Christainity, culture, Philosophy

reflecting on natural law and culture

I cannot pinpoint the exact moment I recently thought of the meaning of ‘natural,’ but it’s been consuming my thoughts. I guess most recently it was hearing arguments against same-sex relationships. Some claim God made humanity to naturally fit together, one with a vagina and the other with a penis. They just work. Conversely, as I and other proponents of queerness recognize, among other things, that the rest of the animal kin-dom does not abide by this female/male sexual relationships, like giraffes. Bill Nye was asked this question recently and his answer is spot on.

Historically, Thomas Aquinas popularized ‘natural law’ in the 13th century. It has two main parts:

1) everything has a place in the hierarchy of the universe with God governing over all.

2) there are actions that lead to the common good of humanity and the world. If one does not follow such actions they are sinning or going against natural law.

Natural law has persons of color viewed lower in the social hierarchy. Womyn were cast under men as lesser. As well, higher on the ladder of privilege were those in the religious life. Natural law gave rights to patriarchy, slavery, and other oppressive forces.

Here’s an example from Aquinas’ Summa Contra Gentiles,

“for men of outstanding intelligence naturally take command, while those who are less intelligent but of more robust physique, seem intended by nature to act as servants;”

Thus, it’s only natural for the privileged to be the master while the strong not as smart ones be their slave…

Duns Scotus, a contemporary of Aquinas, used natural law to claim that slavery should be abolished. Although, he does not follow his own logic to completion. Since he also wrote, “But nevertheless, once they have been established [slavery], they have to be observed.”1 This was in relation to slavery in Paul’s time. While every person and generation has certain cultural blinders, certainly Aquinas and Scotus could not understand certain emancipatory politics.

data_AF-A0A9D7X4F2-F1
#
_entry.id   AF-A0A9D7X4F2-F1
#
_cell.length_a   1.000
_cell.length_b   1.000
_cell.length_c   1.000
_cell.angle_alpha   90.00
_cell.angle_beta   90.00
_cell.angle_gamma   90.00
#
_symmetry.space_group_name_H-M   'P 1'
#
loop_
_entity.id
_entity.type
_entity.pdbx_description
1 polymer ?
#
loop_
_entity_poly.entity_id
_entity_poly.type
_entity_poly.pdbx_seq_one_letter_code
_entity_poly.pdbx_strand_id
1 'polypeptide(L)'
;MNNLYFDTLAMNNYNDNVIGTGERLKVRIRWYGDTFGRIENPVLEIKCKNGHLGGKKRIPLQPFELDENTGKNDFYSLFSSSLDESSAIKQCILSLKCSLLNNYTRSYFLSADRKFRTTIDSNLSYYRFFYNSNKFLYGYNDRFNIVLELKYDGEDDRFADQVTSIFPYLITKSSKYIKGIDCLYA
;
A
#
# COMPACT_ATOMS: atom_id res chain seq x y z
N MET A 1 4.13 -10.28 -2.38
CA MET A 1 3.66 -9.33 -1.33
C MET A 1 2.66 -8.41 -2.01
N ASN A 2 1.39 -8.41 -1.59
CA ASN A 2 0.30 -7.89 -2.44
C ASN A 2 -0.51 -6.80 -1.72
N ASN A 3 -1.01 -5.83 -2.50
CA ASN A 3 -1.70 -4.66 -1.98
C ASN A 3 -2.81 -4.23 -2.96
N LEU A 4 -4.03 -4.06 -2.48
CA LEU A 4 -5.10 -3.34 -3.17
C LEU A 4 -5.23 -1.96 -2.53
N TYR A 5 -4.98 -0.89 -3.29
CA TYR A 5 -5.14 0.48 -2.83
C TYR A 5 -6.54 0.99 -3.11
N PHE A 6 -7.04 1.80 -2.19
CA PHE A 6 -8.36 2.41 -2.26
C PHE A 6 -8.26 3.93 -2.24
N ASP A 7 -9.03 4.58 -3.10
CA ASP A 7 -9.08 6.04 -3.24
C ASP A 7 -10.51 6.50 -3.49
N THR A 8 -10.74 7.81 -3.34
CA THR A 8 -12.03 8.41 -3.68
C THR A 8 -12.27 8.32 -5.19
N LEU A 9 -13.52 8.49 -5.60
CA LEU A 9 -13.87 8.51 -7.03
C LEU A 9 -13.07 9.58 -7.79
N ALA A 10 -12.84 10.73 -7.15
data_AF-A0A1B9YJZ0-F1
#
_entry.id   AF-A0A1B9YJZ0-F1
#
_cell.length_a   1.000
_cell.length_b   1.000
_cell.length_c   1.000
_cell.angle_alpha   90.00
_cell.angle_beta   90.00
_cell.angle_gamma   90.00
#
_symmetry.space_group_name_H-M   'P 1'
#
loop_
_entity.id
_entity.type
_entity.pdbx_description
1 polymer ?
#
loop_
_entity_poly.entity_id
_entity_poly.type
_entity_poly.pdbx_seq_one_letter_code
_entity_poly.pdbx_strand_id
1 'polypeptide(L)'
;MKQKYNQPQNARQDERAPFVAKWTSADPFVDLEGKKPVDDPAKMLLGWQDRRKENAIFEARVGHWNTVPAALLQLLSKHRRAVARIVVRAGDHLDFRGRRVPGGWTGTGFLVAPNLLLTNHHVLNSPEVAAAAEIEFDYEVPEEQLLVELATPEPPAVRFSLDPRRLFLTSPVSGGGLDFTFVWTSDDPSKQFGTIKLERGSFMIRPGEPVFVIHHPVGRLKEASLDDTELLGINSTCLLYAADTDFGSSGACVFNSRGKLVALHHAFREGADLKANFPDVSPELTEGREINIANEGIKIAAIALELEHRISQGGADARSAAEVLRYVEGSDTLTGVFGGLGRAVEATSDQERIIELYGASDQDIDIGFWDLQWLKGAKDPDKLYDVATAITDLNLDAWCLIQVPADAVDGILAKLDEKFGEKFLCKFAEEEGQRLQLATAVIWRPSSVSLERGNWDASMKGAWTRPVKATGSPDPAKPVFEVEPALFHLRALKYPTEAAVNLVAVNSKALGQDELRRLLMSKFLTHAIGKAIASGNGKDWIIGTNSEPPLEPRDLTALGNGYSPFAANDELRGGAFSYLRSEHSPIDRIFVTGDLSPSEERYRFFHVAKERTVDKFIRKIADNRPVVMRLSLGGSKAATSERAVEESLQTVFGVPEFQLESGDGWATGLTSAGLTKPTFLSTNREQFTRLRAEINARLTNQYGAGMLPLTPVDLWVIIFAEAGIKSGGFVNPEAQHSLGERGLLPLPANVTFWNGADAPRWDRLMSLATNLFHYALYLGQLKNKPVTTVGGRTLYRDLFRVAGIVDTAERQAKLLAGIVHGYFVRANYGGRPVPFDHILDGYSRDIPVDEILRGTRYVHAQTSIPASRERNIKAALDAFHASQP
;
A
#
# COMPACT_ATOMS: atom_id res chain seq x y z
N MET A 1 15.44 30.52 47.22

I argue and believe nothing is natural, but everything is cultural. With the Pope’s recent visit to a country I deeply love, Bolivia, he ate and drank coca. Coca is used to make cocaine, but in plant form is used to alleviate nausea from the high altitudes and helps the los campesinos have energy to make it through the workday. When I arrived in Bolivia several years ago, my first beverage was coca tea, which eased my stomach. I became angered reading some of the Twitter reactions to the Pope eating and drinking coca. They thought the Pope was getting high. Ridiculous! Anyway, coca in Bolivia is culturally bound and still very misunderstood in the States.

The other night I had dinner with a friend and a comment she made has stuck with me. I shared how I’ve moved up the East Coast for school and have lived in different cities almost every summer since 2009. I asked her if she’s been to the East Coast. She shot back, “Just because I haven’t been anywhere but Michigan, doesn’t mean that I’m not cultured.” In shock, I nodded my head in a more rapid pace than I normally do. In a way, I’ve been a curator and collector of cultures, yet continue to relish in my past cultural habits. I still listen to ska and grunge music on occasion and wear a black shirt almost every day. As well, I continue to have at least one piercing and watch cartoons. The fact we live in a globalized society doesn’t change much of it. My friend calling me out was certainly helpful in making me reflect my own cultural bias.

douglas coupland

black flag theology includes the theologies of postmodern, political, feminist, queer, and liberationist. To understand nothing as natural means we create structures and cultures. Oppression is not natural and therefore does not need to exist. Changing structures, i.e. white supremacy, is not an easy task, but is not impossible.

1 Foucault, Douglass, Fanon, and Scotus in Dialogue: On Social Construction and Freedom by Cynthia R. Nielsen, pg. 129.

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Anarchism, Beliefs, Christainity

radical summa: christianity and anarchism

Question: Can a Christian associate herself/himself with anarchism?*